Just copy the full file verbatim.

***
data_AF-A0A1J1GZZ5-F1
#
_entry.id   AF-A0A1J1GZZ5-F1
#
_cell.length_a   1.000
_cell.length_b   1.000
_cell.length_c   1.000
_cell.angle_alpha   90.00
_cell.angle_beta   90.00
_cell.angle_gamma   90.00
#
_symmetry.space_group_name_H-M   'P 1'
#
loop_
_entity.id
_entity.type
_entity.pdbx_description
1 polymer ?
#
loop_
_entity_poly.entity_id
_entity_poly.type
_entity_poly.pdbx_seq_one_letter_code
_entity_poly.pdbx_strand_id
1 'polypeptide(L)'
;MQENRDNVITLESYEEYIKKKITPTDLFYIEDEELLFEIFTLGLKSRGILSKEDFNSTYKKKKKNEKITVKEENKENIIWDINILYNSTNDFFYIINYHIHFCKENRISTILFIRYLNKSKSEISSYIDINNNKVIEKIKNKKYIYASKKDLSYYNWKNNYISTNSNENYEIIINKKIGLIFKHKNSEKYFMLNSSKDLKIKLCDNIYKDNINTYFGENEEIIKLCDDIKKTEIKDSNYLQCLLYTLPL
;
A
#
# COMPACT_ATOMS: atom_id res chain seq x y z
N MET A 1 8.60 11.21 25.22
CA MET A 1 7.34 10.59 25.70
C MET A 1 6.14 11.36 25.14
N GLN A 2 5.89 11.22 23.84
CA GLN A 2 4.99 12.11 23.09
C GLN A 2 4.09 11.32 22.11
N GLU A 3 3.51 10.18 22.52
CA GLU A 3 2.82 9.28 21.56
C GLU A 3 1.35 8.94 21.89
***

data_AF-A0A1J1GZZ5-F1
#
_entry.id   AF-A0A1J1GZZ5-F1
#
_cell.length_a   1.000
_cell.length_b   1.000
_cell.length_c   1.000
_cell.angle_alpha   90.00
_cell.angle_beta   90.00
_cell.angle_gamma   90.00
#
_symmetry.space_group_name_H-M   'P 1'
#
loop_
_entity.id
_entity.type
_entity.pdbx_description
1 polymer ?
#
loop_
_entity_poly.entity_id
_entity_poly.type
_entity_poly.pdbx_seq_one_letter_code
_entity_poly.pdbx_strand_id
1 'polypeptide(L)'
;MQENRDNVITLESYEEYIKKKITPTDLFYIEDEELLFEIFTLGLKSRGILSKEDFNSTYKKKKKNEKITVKEENKENIIWDINILYNSTNDFFYIINYHIHFCKENRISTILFIRYLNKSKSEISSYIDINNNKVIEKIKNKKYIYASKKDLSYYNWKNNYISTNSNENYEIIINKKIGLIFKHKNSEKYFMLNSSKDLKIKLCDNIYKDNINTYFGENEEIIKLCDDIKKTEIKDSNYLQCLLYTLPL
;
A
#
# COMPACT_ATOMS: atom_id res chain seq x y z
N MET A 1 8.60 11.21 25.22
CA MET A 1 7.34 10.59 25.70
C MET A 1 6.14 11.36 25.14
N GLN A 2 5.89 11.22 23.84
CA GLN A 2 4.99 12.11 23.09
C GLN A 2 4.09 11.32 22.11
N GLU A 3 3.51 10.18 22.52
CA GLU A 3 2.82 9.28 21.56
C GLU A 3 1.35 8.94 21.89